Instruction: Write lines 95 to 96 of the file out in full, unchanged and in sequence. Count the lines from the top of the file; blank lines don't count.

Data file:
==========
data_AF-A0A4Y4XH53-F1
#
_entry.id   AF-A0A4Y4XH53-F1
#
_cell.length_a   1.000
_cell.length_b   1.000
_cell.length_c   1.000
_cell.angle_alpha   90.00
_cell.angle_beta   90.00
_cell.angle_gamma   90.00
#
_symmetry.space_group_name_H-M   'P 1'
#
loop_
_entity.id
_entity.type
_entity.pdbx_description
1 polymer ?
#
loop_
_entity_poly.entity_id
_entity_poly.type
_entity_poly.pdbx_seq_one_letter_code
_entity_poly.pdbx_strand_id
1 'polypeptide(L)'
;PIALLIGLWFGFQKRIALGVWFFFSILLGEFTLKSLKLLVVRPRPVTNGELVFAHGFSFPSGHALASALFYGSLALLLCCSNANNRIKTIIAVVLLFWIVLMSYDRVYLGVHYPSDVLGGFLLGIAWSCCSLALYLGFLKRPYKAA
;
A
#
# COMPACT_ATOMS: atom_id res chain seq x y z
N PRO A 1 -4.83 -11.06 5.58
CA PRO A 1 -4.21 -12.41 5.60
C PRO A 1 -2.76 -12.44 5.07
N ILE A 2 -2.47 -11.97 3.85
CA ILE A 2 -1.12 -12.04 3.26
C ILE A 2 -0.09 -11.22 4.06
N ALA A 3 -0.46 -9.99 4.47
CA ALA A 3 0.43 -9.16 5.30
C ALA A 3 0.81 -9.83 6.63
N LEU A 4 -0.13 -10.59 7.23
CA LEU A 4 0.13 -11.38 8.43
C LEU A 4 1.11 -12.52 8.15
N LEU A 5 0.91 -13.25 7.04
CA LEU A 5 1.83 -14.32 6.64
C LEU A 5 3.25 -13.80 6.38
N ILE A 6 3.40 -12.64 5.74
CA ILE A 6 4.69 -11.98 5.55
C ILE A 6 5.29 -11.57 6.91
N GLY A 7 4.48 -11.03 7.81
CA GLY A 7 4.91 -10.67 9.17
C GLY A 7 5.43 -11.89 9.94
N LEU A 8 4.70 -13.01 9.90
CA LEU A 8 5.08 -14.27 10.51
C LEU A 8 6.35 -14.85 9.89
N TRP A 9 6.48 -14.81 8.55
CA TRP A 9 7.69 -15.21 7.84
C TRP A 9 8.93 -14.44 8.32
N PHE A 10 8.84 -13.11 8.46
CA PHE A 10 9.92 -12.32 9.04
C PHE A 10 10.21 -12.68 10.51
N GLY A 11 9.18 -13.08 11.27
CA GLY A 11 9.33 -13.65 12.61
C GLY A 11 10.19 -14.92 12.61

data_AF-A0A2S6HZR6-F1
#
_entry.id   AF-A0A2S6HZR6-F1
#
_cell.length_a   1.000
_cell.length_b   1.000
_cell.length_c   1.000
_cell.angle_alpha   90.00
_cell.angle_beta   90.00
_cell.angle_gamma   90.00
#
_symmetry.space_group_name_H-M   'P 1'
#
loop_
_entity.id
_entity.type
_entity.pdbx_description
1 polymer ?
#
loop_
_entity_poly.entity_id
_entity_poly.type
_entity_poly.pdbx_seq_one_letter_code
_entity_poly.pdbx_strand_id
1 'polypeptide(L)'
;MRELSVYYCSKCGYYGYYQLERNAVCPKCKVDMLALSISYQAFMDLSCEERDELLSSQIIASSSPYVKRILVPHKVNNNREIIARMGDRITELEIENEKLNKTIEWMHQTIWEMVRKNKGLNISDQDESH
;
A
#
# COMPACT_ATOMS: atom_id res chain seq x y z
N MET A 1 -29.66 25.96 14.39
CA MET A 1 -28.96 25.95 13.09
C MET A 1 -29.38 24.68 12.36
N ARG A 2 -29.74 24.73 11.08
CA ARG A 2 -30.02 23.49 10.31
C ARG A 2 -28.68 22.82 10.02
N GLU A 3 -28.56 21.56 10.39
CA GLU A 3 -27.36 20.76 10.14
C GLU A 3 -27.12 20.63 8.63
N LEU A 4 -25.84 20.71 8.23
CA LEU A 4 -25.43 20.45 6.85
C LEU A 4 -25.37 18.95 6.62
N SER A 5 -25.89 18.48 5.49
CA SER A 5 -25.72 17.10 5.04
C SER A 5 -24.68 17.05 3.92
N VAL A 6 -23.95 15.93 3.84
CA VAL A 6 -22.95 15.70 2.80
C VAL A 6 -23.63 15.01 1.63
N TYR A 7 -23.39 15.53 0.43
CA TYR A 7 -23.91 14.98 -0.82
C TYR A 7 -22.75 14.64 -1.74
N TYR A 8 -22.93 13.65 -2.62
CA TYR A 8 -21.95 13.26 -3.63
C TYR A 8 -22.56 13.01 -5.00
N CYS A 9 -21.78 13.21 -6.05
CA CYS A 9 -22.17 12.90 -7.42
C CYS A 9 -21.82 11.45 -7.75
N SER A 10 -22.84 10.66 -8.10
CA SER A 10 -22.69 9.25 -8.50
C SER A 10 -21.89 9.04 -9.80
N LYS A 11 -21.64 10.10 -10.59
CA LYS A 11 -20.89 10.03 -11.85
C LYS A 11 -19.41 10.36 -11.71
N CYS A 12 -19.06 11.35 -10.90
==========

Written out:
CA MET A 1 -28.96 25.95 13.09
C MET A 1 -29.38 24.68 12.36